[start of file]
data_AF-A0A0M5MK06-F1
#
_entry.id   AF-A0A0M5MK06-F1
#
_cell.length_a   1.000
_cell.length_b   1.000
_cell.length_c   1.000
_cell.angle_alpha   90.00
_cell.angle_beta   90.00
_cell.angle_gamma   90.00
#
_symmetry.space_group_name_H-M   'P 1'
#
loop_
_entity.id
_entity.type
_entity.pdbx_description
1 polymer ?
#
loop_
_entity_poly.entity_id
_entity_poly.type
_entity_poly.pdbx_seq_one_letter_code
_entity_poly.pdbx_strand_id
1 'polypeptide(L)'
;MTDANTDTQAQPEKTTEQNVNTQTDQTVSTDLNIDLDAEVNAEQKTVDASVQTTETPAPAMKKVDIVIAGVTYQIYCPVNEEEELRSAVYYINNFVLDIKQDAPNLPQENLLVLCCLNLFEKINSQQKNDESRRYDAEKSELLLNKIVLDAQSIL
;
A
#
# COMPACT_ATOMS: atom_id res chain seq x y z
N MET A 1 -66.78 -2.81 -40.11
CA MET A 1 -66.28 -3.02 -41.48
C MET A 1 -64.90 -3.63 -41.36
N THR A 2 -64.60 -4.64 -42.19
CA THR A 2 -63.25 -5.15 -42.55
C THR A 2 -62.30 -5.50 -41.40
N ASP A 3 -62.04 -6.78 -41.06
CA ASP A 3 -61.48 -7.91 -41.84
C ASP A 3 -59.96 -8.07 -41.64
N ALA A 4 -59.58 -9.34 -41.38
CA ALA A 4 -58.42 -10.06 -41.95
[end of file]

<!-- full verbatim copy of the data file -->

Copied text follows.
data_AF-A0A0M5MK06-F1
#
_entry.id   AF-A0A0M5MK06-F1
#
_cell.length_a   1.000
_cell.length_b   1.000
_cell.length_c   1.000
_cell.angle_alpha   90.00
_cell.angle_beta   90.00
_cell.angle_gamma   90.00
#
_symmetry.space_group_name_H-M   'P 1'
#
loop_
_entity.id
_entity.type
_entity.pdbx_description
1 polymer ?
#
loop_
_entity_poly.entity_id
_entity_poly.type
_entity_poly.pdbx_seq_one_letter_code
_entity_poly.pdbx_strand_id
1 'polypeptide(L)'
;MTDANTDTQAQPEKTTEQNVNTQTDQTVSTDLNIDLDAEVNAEQKTVDASVQTTETPAPAMKKVDIVIAGVTYQIYCPVNEEEELRSAVYYINNFVLDIKQDAPNLPQENLLVLCCLNLFEKINSQQKNDESRRYDAEKSELLLNKIVLDAQSIL
;
A
#
# COMPACT_ATOMS: atom_id res chain seq x y z
N MET A 1 -66.78 -2.81 -40.11
CA MET A 1 -66.28 -3.02 -41.48
C MET A 1 -64.90 -3.63 -41.36
N THR A 2 -64.60 -4.64 -42.19
CA THR A 2 -63.25 -5.15 -42.55
C THR A 2 -62.30 -5.50 -41.40
N ASP A 3 -62.04 -6.78 -41.06
CA ASP A 3 -61.48 -7.91 -41.84
C ASP A 3 -59.96 -8.07 -41.64
N ALA A 4 -59.58 -9.34 -41.38
CA ALA A 4 -58.42 -10.06 -41.95